For the last 30 years, nuclear power has consistently provided around 20 percent of annual electricity generation in the United States, and half of the country’s carbon-free energy. But while efficiency updates increase output, allowing fewer reactors to provide the same amount of electricity, the average nuclear reactor is almost 40 years old and more than a dozen have been shuttered. Just one new reactor has come online since 1996, though two more are expected in by 2022. For a host of reasons, the legacy of nuclear power in the United States includes years-long delays in construction, power plants abandoned before they were even completed, and massive cost overruns that are passed on to the public.

Early in 2020, though, the federal Department of Energy announced its Advanced Reactor Demonstration Program, which calls for construction of two new prototype nuclear reactors within seven years. It may or may not happen, depending on who one asks: as the cost of renewable energy continues to fall and natural gas remains abundant and inexpensive, new nuclear reactors simply may not be cost-competitive.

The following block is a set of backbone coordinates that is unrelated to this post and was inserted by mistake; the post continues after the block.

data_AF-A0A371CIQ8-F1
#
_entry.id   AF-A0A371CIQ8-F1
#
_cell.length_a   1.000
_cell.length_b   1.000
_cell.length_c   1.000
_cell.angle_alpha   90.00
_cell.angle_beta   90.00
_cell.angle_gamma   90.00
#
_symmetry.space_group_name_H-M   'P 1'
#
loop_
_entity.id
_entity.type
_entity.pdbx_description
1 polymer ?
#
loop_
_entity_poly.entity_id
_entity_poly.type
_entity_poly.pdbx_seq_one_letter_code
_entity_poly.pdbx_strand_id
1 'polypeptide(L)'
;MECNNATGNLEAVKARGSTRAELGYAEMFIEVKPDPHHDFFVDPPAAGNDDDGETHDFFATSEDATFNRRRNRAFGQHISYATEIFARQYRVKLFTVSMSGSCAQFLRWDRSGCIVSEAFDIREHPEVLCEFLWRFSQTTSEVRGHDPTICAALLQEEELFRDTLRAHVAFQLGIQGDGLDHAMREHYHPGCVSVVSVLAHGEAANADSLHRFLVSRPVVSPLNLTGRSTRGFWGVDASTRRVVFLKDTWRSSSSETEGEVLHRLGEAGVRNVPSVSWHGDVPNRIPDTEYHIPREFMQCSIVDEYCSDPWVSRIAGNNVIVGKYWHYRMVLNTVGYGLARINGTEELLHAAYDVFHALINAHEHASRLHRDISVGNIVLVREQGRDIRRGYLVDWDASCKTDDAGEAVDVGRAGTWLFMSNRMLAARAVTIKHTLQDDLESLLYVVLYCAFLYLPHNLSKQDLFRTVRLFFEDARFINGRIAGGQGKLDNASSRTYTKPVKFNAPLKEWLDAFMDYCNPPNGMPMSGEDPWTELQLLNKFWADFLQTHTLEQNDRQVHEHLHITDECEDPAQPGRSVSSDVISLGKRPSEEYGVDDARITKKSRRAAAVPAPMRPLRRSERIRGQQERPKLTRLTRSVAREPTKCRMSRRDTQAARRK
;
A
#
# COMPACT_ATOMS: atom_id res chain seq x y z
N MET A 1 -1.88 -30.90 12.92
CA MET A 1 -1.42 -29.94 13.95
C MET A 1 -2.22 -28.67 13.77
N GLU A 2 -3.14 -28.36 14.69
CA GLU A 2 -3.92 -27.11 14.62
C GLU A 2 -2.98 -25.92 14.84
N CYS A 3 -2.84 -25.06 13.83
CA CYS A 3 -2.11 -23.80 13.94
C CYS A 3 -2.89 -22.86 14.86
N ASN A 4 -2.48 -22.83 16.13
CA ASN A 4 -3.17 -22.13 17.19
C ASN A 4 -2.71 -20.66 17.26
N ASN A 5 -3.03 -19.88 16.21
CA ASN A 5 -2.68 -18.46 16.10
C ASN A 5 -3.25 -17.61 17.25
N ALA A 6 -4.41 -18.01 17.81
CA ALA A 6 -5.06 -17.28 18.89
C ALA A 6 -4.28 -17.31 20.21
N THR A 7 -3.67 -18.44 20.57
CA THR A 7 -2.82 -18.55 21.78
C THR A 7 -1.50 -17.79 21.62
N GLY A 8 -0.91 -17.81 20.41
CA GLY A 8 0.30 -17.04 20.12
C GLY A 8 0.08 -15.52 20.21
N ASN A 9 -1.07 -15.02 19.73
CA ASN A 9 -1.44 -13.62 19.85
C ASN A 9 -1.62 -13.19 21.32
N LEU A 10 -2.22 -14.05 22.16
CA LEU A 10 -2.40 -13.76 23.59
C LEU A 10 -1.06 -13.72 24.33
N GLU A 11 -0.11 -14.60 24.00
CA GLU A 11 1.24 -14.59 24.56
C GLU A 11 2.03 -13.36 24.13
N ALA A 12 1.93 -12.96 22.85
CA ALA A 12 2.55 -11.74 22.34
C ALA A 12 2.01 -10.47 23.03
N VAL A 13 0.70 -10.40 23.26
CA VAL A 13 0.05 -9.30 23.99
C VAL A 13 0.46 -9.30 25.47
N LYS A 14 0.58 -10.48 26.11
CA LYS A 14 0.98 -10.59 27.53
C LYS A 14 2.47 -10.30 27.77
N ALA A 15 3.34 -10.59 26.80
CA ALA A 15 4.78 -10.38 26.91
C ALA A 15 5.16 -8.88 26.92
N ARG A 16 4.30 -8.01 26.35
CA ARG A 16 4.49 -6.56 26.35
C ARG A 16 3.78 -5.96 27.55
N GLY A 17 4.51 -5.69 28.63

Additionally, in April 2020, the DOE announced its Strategy to Restore American Nuclear Energy Leadership, which includes a plan to increase domestic uranium mining and establish a national uranium reserve.

The coming decade will be pivotal to nuclear power’s future in the United States. Supporters cite climate change as one very important reason to ramp up construction of new reactors, as it is ever more critical to prevent the greenhouse gases which burning still more fossil fuels would produce. Opponents point to concern about the security of nuclear material in an age of terrorism, the very long-term storage of radioactive waste (thousands of years), and the fear of an accidental release of radiation, as happened in Japan in 2011, in the former Soviet Union in 1986, and in Pennsylvania in 1979.

What is Nuclear Energy? | National Geographic



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